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TECHNOLOGY ACHIEVEMENTS IN ELECTRONICS —K.P.P. Nambiar (Secretary, Department of Electronics, Government of India)

Only a few countries in the world have successfully integrated electronics technology into their economy. India is one such country among the developing world striving to bring about this integration. The electronic computer – a driving force in the electronics revolution – has been undergoing, phenomenal changes ever since its inception. Computers closely reflect electronics technology that each advance in device technology – (namely vacuum tubes, transistors, integrated circuits, and microprocessor) greater performance and low price. This in turn has a significant effect on applications.

Now computers have become the ubiquitous tool for development in every sphere of human activity. While supercomputing based on parallel-processor is one goal for solving scientific and engineering problems, artificial intelligence is another goal for solving-knowledge information processing and symbolic processing problems. The impact of those developments is likely to be so penetrating and pervasive, that all major industrial nations like Japan, the USA, Europe, and USSR have initiated major national R&D programmes in new generation computing.

The Indian computer industry has taken major strides in the last few years. Wide-ranging indigenous capabilities exist today in the manufacturing of computers as well as software development. The manufacturing and application of personal computers are growing rapidly. There are at least 20 major manufacturers of Personal Computers and over 100 companies involved in sales and value-added retailing. With the availability of Personal Computers at affordable prices and user-friendly software for non-programmer professionals, the usage has increased manifold. Indian companies have been manufacturing microcomputer systems but the recent transfer of technology for manufacturing Super-Mini computer systems and mainframe systems have brought India at par with the International industry in this range of computer systems. A lot of activity has started in peripheral manufacturing like disc drives, floppy drives, and printers.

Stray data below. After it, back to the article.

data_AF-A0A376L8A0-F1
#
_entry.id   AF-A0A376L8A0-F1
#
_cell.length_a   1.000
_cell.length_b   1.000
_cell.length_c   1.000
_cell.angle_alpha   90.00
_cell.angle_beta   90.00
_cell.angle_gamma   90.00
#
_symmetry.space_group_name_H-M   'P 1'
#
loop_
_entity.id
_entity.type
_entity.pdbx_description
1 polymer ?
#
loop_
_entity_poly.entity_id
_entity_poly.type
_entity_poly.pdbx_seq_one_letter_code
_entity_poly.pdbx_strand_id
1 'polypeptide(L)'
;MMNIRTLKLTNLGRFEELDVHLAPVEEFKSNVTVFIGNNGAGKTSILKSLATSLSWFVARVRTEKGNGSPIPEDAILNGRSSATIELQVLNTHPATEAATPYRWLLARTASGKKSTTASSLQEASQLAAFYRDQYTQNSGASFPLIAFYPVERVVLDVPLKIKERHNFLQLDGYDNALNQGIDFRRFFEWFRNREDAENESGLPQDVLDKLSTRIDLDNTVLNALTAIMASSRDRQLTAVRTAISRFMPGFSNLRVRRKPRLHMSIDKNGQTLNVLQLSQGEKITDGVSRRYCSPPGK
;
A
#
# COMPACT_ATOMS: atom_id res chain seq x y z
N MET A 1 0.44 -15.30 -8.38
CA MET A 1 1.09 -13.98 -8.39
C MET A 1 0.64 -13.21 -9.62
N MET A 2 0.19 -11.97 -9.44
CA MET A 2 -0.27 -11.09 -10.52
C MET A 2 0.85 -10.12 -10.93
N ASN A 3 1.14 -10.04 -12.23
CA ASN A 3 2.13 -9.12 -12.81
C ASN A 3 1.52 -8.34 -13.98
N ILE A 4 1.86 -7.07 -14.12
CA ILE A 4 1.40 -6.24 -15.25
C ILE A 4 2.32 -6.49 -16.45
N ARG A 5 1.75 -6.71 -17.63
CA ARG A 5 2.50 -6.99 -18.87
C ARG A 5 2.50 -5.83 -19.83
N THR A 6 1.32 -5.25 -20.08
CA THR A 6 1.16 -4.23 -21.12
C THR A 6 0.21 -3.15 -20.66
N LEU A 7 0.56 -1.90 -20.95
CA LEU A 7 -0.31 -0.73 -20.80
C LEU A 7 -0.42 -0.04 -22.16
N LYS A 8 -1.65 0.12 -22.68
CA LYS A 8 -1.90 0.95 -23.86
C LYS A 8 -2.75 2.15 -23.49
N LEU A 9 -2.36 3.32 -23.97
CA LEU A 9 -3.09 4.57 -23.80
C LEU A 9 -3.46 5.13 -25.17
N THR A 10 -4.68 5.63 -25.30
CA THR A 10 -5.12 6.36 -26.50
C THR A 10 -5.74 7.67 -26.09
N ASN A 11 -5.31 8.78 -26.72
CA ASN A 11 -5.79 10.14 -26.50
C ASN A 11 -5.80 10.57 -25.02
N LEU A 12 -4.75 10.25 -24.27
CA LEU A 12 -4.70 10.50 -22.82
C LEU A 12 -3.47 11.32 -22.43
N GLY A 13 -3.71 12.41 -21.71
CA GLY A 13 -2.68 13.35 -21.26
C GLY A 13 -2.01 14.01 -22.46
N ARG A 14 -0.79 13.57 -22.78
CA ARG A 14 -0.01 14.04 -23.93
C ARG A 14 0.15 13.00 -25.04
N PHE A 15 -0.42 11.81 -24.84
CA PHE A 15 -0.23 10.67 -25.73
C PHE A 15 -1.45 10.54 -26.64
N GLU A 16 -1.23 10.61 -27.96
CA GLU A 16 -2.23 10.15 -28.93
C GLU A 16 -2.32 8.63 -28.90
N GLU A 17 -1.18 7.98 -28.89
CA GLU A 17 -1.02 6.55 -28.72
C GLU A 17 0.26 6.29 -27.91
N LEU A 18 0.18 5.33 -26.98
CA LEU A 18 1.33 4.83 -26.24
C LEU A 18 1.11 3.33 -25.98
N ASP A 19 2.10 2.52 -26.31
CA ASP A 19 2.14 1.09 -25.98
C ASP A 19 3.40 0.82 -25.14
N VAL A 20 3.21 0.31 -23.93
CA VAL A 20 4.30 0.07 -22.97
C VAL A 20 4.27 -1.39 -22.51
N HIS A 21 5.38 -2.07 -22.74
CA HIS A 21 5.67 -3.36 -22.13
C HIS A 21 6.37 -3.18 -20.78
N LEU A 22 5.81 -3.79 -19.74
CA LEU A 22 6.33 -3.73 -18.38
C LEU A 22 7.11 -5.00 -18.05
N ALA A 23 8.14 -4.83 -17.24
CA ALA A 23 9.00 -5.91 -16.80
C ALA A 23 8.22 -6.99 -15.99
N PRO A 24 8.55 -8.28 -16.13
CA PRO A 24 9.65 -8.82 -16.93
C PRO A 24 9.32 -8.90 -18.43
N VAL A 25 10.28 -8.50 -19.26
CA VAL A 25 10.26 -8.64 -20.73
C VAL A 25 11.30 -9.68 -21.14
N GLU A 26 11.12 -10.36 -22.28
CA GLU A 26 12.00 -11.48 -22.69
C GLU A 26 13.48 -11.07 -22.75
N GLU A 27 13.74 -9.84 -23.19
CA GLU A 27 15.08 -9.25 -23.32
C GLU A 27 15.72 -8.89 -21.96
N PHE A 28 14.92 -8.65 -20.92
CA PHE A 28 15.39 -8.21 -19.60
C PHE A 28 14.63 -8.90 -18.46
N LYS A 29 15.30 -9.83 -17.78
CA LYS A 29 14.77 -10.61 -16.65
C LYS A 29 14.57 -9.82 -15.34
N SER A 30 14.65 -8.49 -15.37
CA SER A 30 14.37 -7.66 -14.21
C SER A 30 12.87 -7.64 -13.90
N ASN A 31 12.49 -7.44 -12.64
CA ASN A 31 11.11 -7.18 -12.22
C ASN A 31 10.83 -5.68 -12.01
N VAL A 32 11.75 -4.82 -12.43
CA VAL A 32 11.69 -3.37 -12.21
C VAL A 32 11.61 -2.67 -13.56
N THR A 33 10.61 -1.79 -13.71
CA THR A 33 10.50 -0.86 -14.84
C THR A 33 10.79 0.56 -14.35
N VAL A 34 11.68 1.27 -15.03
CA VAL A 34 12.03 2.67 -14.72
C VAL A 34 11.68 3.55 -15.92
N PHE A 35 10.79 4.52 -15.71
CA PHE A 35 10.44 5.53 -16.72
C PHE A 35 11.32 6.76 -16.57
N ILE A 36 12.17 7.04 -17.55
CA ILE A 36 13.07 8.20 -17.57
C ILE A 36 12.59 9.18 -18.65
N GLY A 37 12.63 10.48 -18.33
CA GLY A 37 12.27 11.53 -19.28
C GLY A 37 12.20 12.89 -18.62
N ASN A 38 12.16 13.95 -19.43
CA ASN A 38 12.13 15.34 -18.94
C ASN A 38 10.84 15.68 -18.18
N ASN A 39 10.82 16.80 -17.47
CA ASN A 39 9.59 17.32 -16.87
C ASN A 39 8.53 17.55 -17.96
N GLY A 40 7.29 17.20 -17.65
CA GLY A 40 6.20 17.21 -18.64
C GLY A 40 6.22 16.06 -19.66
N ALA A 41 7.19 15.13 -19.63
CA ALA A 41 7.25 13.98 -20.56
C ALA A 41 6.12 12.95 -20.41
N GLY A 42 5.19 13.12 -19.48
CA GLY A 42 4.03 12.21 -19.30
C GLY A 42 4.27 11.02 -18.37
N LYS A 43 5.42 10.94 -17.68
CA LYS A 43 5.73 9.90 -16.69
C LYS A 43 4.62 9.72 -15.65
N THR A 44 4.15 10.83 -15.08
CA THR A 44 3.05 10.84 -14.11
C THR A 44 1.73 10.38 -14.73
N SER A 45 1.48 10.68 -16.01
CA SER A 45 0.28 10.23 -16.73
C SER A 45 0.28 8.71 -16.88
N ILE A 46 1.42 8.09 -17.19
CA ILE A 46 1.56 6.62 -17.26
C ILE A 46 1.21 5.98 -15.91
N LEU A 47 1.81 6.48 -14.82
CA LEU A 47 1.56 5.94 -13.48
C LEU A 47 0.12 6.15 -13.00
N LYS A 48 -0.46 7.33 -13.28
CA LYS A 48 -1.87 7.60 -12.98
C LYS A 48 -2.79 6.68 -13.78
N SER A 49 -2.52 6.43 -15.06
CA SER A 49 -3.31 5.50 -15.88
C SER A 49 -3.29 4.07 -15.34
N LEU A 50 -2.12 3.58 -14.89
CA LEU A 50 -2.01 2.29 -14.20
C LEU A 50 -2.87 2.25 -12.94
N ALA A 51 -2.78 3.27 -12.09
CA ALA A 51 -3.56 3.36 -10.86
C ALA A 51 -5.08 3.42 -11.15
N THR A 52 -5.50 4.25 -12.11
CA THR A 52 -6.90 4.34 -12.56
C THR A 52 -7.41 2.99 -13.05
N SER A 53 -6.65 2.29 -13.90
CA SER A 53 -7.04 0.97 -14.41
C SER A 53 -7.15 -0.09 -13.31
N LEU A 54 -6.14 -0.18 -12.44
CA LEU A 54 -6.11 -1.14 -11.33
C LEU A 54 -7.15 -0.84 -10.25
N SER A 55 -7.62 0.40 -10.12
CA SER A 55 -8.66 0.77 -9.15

Major efforts are going on parallelly in the field of software development. A target of Rs.300 crores has been set for software exports in 1990. These development efforts by Indian Industry have been supported by tremendous growth in demand for computer systems. Another factor responsible for rapid development is in the field of Computers is the tremendous potential of skilled manpower available.

To keep pace with the developments the government has decided to develop a futuristic computer system in the country. Fifth Generation Parallel Computer System (FGPCS) programme has thus been launched as a major electronics technology mission to make India one of the world leaders in the field of advanced computer technology backed by the available technical capability. A center for advanced Computing Technology CDACT has also been launched by the Department of Electronics (DOE) as India's strategic initiative in advanced computing technology. C-DACT will be a mission institution of the DOE with several academic institutions, research centers, public and private sector units, and individual experts involved has been Software development and software exports have been the focus of our computer program.